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State Advertising Issues 

4A’s Washington efforts extend beyond our nation’s capital to address advertising issues that emerge across the 50 US state governments. These issues often concern attempts by governors, legislators, attorneys general and other state/municipal authorities to restrict advertising activities or impose taxes on advertising services.

2013 has seen several states introduce tax reform proposals that include advertising tax provisions. These states seek tax revenues from the sale of advertising time and space (media buying) and/or the delivery of ad agency services and work products. Both revenue streams are pursued through a business-to-business (B2B) services tax expansion.

State tax reform proposals are driven largely by the economic realities of a shrinking tax base, the budget requirements of state constitutions and invariably, the political ambitions of governors and legislators. They attempt to achieve revenue goals by expanding the tax base to previously exempt B2B service categories such as advertising and consulting; and, creating or raising sales tax rates to off-set proposed reductions in other corporate or individual income tax rates.

However, such tax initiatives fail to consider that advertising and its many ancillary business activities stimulate a significant amount of state employment and sales activity –and thus tax revenues. Taxation of advertising in fact has the adverse effect of reducing ad-induced sales revenues and creating losses in ad-related jobs by driving advertising spending to states that are not as tax-oriented or which maintain an advertising tax exemption.

Most telling is the historic lack of success of such efforts. Since 1987, some 40 states have considered –but ultimately rejected—a tax on advertising. Florida is the only state that enacted an ad sales tax –though the measure was later reversed because it was too costly to administer and had an adverse economic impact. Within the first six months of the Florida ad tax, the top six media markets in the state were down between 12-20% and over 273,000 hotel room nights were cancelled. Then-Governor Bob Martinez subsequently repealed the tax and it has not been re-introduced since.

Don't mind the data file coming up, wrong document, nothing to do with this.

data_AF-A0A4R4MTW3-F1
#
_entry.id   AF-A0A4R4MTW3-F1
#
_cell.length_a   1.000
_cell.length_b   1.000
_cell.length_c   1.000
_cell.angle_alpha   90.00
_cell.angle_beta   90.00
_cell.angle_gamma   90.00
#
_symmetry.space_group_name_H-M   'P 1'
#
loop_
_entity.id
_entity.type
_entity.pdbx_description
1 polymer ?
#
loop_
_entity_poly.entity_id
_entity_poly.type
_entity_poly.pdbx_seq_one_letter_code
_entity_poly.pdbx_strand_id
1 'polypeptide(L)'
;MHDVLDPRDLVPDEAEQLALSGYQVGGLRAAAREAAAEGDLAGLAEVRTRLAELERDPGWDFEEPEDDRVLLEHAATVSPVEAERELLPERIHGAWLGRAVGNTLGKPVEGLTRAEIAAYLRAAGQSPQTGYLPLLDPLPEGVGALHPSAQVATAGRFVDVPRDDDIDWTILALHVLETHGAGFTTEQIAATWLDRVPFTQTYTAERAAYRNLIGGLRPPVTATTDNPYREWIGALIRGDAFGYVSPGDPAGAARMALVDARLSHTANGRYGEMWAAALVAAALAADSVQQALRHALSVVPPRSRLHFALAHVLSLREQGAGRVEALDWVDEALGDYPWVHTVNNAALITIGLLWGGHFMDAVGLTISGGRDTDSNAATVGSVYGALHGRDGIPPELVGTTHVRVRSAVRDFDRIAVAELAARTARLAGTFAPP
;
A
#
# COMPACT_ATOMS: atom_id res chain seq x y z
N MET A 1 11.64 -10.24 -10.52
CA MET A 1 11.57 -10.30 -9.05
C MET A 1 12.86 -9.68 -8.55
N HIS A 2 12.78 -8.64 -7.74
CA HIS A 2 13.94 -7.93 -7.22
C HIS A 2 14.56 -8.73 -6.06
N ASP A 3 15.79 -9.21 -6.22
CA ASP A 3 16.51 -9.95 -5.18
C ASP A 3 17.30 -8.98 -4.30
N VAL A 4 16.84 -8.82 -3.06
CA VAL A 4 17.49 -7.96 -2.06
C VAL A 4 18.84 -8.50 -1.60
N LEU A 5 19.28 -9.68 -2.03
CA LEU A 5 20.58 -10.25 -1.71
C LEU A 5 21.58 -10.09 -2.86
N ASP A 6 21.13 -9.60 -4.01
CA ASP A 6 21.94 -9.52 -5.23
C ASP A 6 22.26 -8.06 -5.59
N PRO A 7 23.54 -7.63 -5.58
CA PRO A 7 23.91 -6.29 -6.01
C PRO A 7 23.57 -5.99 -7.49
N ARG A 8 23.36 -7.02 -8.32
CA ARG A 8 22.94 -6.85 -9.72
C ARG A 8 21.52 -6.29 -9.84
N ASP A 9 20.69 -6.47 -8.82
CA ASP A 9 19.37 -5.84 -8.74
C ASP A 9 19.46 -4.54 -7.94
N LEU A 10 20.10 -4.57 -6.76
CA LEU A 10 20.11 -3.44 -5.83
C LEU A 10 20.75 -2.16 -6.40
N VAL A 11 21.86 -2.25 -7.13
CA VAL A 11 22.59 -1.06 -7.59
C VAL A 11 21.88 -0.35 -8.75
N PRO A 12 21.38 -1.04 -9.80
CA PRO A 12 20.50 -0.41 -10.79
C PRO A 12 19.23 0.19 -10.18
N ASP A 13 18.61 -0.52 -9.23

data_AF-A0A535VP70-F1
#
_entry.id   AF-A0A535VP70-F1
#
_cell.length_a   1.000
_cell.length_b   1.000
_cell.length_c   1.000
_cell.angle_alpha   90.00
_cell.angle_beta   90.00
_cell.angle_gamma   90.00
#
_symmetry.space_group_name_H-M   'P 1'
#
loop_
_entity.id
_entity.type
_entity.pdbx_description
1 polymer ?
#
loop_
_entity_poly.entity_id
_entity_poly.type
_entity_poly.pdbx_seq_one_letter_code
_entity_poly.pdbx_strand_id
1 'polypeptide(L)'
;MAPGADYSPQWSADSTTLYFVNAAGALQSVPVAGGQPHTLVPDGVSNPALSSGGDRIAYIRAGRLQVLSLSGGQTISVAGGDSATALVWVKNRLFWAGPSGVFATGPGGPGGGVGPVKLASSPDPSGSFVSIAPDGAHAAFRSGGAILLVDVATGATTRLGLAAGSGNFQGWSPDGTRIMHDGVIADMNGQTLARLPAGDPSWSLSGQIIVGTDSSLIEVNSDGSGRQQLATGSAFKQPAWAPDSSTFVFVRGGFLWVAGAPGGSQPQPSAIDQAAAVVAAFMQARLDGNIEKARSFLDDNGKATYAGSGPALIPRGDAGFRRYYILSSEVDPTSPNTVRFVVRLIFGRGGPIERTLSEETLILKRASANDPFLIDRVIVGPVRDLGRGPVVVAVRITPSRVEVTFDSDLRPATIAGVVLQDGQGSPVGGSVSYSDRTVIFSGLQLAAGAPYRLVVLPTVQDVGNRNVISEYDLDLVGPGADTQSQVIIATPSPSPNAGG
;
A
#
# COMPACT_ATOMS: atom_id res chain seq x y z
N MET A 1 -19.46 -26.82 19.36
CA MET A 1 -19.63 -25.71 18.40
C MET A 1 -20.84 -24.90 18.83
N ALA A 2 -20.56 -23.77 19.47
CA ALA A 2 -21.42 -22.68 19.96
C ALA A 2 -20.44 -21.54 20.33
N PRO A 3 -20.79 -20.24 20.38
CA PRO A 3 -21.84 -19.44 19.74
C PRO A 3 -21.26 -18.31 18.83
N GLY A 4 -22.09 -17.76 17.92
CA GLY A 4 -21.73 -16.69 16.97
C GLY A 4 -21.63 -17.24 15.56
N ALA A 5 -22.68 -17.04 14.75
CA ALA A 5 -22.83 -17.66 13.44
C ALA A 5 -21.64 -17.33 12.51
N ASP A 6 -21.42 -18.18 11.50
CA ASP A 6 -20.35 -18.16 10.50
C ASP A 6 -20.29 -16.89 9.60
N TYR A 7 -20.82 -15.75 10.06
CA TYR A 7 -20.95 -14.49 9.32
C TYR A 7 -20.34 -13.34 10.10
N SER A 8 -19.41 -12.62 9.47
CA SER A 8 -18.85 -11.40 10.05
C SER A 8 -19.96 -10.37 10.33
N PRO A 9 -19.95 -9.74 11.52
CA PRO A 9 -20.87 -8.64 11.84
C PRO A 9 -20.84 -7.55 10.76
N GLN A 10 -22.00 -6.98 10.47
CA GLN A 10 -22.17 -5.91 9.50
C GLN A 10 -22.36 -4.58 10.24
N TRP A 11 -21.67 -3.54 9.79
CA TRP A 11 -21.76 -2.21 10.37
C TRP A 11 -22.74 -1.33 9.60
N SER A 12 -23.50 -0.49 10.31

Current 4A’s Advocacy 

4A’s Washington has successfully defeated each of the most recent state ad tax initiatives by informing and mobilizing local members through our 4A’s regional boards and councils, coordinating with local industry coalitions, and leveraging authoritative economic data to underscores the negative impacts of advertising taxation.

• 4A’s joined the Minnesota Communications Coalition and supported local 4A’s members Carmichael Lynch, Compass Point Media and others to fight back a tax proposal by Governor Mark Dayton (D-MN). Carmichael Lynch CEO Doug Spong, together with other local industry leaders, provided compelling testimony to the state House of Representatives’ Taxes Committee on the negative impacts of the proposal. Subsequently, Governor Dayton withdrew the B2B services tax provision of his plan.

• 4A’s helped form the Ohio Ad Tax Coalition, a partnership of local media and commerce businesses in response to advertising tax expansion proposed by Governor John Kasich (R-OH) as part of his budget reform package. 4A’s members Fahlgren Mortine, Innis Maggiore, Marcus Thomas and others became active in voicing opposition to the plan. This included testimony in public hearings before the Ohio House Finance Committee. After considering this feedback, the sales tax expansion was stripped from the draft bill before it was even taken up by the state legislature. “We have identified enough unintended consequences… And need to develop an alternate means of financing income tax reduction,” stated House Finance Chair Ron Amstutz following the hearings.

• Louisiana Governor Bobby Jindal (R-LA) proposed an aggressive B2B services tax rate in his 2013 budget proposal but met with swift opposition from local advertising, media and publishing leaders including the 4A’s and the Louisiana broadcasters. Governor Jindal retreated on the proposal the very day that the state legislature convened for its 2013 session. “I hear you. I’m going to park my plan,” he announced.

Despite these successful defeats, 4A’s remains vigilant on behalf of members and will be prepared to address any additional advertising tax proposals as these emerge at the state level.

Read more about 4A’s state advocacy:

• “Minnesota Governor Backs Down as Coalition Rallies Against Proposed Ad Taxes” (Advertising Age, March 11, 2013

• “Revenue-Hungry States Set Sights on Taxing Ads” (Advertising Age, February 25, 2013)

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